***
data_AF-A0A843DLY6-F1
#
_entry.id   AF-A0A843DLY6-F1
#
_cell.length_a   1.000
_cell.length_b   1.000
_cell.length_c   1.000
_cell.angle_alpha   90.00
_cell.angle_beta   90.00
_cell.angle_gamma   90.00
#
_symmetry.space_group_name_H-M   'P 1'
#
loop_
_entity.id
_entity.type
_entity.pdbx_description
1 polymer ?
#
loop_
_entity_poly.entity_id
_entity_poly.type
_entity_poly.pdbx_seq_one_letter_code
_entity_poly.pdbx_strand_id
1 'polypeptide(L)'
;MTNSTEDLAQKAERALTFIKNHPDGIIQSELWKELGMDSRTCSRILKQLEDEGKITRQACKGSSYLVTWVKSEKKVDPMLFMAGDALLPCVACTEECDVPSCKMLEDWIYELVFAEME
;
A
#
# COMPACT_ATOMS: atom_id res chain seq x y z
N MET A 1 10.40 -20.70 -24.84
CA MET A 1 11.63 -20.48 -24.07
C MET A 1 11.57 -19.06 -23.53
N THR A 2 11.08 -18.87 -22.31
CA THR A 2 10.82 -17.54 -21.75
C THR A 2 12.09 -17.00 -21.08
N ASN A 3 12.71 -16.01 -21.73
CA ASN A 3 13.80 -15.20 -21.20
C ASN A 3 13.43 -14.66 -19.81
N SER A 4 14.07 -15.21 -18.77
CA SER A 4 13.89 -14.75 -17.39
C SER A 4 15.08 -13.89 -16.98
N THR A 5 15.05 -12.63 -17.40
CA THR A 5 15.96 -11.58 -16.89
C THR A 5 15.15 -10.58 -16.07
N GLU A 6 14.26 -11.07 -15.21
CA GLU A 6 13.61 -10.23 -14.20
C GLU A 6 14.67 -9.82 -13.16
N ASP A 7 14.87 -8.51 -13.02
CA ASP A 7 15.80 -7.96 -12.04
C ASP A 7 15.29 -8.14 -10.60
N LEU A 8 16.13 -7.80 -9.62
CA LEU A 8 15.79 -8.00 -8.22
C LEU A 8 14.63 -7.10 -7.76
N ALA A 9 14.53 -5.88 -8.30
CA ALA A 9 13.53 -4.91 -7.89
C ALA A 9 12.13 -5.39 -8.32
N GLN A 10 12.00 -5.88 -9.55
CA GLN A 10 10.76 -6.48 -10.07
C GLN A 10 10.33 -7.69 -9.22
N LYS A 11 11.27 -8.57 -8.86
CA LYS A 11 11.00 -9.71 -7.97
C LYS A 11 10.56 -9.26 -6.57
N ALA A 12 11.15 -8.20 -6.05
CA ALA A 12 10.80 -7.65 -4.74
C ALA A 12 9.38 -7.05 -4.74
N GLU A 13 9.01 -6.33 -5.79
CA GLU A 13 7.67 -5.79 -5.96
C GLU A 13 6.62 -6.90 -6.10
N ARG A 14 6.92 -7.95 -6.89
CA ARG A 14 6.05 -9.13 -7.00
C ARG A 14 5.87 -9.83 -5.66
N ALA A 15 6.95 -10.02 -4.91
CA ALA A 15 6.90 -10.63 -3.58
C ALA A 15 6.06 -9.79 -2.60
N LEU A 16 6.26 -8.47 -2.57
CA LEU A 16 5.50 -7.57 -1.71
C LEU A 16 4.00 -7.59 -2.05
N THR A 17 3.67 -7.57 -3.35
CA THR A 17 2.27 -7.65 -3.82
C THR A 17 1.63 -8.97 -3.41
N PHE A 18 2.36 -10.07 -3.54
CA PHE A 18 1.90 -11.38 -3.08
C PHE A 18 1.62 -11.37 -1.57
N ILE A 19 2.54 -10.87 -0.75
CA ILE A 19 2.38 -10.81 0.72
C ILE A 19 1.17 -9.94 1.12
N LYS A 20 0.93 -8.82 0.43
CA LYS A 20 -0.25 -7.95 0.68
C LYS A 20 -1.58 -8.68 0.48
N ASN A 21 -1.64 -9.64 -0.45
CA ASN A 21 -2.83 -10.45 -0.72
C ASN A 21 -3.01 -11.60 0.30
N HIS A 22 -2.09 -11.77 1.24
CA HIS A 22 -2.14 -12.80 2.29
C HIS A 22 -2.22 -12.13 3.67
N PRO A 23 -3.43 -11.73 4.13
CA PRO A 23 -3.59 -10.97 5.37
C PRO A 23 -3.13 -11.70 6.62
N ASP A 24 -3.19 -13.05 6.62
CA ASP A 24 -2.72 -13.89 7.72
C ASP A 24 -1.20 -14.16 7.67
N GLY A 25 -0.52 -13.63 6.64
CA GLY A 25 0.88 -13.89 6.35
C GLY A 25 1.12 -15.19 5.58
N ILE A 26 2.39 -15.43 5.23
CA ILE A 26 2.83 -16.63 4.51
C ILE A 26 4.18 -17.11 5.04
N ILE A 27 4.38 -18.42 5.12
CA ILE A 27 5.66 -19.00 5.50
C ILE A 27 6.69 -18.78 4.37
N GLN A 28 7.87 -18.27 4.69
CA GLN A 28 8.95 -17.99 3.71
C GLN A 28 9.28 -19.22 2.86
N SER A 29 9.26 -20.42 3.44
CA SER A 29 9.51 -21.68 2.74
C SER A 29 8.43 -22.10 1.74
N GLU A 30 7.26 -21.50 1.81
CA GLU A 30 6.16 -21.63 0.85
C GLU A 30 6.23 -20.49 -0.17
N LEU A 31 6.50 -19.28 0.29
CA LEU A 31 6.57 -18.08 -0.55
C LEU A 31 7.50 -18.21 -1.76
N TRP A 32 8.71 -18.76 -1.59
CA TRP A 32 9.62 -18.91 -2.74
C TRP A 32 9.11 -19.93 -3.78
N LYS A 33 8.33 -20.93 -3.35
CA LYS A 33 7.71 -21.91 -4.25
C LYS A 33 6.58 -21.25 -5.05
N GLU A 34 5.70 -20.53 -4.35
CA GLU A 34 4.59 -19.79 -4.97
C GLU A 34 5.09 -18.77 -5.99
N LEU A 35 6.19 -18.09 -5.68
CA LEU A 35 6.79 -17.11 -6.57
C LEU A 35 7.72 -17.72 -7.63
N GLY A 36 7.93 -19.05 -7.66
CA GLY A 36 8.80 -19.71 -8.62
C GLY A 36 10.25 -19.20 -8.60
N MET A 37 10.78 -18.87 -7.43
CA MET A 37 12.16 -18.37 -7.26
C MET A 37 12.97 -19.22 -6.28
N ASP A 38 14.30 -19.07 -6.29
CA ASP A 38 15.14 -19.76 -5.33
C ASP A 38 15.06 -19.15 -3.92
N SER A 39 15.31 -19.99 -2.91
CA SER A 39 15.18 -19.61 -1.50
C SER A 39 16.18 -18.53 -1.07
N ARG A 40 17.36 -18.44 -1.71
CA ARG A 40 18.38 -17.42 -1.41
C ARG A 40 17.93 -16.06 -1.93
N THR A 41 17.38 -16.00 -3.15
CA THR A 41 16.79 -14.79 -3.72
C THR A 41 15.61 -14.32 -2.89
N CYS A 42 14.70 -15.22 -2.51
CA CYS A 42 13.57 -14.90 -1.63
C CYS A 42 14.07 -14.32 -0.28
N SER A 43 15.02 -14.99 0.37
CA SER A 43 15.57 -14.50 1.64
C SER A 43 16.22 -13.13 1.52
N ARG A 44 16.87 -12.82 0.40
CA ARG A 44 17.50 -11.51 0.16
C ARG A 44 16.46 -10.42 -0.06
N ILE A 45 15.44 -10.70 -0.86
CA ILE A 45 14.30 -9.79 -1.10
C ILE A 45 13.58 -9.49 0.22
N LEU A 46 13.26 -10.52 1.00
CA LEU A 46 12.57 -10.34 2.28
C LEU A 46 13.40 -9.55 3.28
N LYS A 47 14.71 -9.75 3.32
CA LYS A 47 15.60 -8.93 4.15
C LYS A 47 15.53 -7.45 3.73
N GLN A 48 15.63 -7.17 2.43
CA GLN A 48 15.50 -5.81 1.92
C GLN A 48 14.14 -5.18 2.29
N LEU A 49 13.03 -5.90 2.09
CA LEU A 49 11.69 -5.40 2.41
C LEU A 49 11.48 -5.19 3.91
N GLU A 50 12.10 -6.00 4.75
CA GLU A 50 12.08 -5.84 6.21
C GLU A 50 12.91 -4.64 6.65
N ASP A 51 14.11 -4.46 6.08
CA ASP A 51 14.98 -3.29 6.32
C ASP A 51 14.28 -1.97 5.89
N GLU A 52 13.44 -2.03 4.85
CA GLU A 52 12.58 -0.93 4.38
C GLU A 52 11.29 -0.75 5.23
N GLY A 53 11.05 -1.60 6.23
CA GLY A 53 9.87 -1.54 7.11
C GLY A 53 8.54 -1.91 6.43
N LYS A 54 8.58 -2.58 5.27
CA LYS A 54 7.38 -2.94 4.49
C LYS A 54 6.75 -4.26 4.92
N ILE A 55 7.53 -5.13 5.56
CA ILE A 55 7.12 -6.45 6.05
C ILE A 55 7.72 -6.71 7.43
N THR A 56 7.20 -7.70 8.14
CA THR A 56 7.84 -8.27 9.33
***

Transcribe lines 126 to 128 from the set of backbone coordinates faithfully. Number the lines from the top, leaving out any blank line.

C TRP A 32 9.11 -19.93 -3.78
N LYS A 33 8.33 -20.93 -3.35
CA LYS A 33 7.71 -21.91 -4.25